Low-Yield Warhead, Nuclear Sea-Based Cruise Missile Will Survive, HASC Ranking Member Says

Chairman of the Joint Chiefs of Staff Gen. Mark A. Milley speaks to Cmdr. Brian Murphy, commanding officer of the Ohio-class ballistic-missile submarine USS Alabama (SSBN 731) Blue crew, March 3. Milley toured Alabama, visited with Sailors, and toured Trident Training Facility Bangor and Strategic Weapons Facility Pacific while visiting strategic-deterrent units in the Pacific Northwest. U.S. Navy/ Mass Communication Specialist 1st Class Andrea Perez

ARLINGTON, Va. — Two naval nuclear weapons deployed or planned are likely to survive cancellation efforts from Democratic members Congress, said the new ranking member of the House Armed Services Committee (HASC). 

Mike Rogers, R-Alabama, speaking March 22 during a webinar of the Defense Writers Group, was asked by Seapower about the future of the W76-4 low-yield warhead deployed in 2019 on some Trident submarine-launched ballistic missiles — carried on Ohio-class ballistic-missile submarines — and the planned nuclear-armed sea-launched cruise missile (SLCM) called for in the Defense Department’s 2018 Nuclear Posture Review. 

The NPR said that “a low-yield SLBM warhead and SLCM will not require or rely on host nation support to provide deterrent effect. They will provide additional diversity in platforms, range, and survivability, and a valuable hedge against future nuclear ‘break out’ scenarios.”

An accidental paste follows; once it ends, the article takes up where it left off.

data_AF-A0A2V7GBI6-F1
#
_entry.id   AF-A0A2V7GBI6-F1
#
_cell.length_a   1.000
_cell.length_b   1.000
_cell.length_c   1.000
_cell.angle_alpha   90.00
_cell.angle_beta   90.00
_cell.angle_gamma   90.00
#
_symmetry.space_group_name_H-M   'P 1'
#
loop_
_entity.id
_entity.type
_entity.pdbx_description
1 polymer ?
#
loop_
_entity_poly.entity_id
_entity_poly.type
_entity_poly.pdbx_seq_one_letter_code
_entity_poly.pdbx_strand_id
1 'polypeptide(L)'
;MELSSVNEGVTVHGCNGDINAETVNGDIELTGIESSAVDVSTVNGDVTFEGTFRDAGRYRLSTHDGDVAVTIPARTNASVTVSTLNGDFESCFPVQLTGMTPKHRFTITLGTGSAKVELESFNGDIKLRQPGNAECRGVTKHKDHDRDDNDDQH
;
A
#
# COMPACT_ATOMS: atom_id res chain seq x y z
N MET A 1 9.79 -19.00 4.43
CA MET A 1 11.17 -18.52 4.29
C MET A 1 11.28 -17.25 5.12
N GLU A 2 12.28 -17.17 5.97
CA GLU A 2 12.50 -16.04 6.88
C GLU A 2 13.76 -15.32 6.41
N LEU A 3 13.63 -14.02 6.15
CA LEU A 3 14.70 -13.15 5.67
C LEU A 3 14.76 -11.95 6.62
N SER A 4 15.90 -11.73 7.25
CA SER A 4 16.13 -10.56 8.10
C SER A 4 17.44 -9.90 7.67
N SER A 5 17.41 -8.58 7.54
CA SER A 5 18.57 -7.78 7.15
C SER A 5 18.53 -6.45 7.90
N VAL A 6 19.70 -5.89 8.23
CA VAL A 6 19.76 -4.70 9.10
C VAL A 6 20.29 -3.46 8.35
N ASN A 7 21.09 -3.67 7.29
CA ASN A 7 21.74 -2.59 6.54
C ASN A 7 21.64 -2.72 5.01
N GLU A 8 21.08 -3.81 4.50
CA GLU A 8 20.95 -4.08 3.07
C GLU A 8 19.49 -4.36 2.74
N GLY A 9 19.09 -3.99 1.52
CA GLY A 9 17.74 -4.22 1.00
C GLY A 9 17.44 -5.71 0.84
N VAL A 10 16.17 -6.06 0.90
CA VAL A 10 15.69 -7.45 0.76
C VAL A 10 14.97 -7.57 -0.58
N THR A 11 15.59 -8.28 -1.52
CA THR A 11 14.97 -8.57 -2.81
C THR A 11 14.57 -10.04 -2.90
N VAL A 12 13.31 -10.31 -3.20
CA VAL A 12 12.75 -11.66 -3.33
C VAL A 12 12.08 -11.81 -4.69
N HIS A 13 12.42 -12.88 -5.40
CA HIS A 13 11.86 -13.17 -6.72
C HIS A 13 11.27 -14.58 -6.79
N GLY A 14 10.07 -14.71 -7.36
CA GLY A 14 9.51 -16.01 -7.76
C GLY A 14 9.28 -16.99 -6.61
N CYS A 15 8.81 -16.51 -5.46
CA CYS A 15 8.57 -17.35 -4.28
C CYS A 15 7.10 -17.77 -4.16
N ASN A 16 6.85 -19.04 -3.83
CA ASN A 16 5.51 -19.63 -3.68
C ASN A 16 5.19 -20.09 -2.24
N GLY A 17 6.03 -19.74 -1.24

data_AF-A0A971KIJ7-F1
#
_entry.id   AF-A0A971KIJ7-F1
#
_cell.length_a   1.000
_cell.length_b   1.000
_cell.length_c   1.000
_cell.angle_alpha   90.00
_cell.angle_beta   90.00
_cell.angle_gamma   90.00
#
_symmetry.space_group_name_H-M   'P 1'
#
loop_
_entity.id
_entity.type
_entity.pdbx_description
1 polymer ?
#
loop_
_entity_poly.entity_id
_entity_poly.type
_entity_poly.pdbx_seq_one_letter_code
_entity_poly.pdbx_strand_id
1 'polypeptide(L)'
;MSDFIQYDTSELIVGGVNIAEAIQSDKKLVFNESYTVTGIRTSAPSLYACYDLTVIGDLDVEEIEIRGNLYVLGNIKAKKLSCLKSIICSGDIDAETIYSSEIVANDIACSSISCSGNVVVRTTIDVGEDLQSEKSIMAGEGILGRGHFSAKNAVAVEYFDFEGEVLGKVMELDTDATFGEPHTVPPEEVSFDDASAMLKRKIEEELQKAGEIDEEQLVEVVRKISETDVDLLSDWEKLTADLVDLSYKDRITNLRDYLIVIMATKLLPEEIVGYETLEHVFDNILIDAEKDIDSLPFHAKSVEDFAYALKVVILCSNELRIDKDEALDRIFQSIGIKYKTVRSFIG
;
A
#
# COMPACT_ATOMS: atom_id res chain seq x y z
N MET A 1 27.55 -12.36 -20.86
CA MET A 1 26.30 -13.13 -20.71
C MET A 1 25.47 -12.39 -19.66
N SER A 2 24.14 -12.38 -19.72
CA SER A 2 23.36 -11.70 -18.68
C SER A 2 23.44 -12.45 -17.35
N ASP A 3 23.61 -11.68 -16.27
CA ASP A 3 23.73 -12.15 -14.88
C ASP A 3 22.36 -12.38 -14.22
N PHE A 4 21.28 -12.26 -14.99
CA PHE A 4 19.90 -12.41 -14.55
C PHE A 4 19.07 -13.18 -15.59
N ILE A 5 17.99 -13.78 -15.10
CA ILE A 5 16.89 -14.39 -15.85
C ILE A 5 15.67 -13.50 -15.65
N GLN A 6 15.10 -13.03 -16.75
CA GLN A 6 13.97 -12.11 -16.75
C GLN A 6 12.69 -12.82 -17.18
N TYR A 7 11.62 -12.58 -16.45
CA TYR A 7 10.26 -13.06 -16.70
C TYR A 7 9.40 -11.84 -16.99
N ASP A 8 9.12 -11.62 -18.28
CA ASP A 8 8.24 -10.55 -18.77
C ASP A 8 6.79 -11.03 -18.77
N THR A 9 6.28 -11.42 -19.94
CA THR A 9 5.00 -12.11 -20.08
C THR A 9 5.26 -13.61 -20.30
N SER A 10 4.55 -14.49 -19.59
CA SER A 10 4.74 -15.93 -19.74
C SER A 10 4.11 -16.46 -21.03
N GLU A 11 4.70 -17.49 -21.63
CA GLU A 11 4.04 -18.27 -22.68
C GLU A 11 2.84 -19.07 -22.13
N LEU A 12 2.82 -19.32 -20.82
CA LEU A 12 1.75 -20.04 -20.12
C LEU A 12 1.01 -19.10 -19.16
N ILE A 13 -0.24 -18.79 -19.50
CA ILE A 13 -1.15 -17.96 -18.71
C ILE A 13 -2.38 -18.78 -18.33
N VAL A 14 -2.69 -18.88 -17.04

The review said the “SLCM will provide a needed non-strategic regional presence, an assured response capability. It also will provide an arms-control-compliant response to Russia’s noncompliance with the Intermediate-range Nuclear Forces Treaty, its nonstrategic nuclear arsenal, and its other destabilizing behaviors.” 

The new HASC chairman, Rep. Adam Smith, D-Washington, has stated his opposition to the low-yield warhead and SLCM as being destabilizing to the nuclear balance. 

“We’ll hold the line,” Rogers said, speaking of the congressional Republicans. “I’m sure there will be a big debate. We’ve got some people [opponents of weapons], as long as there are TV cameras in the room, they’re going to run their mouth, but I think we’ll have the votes.”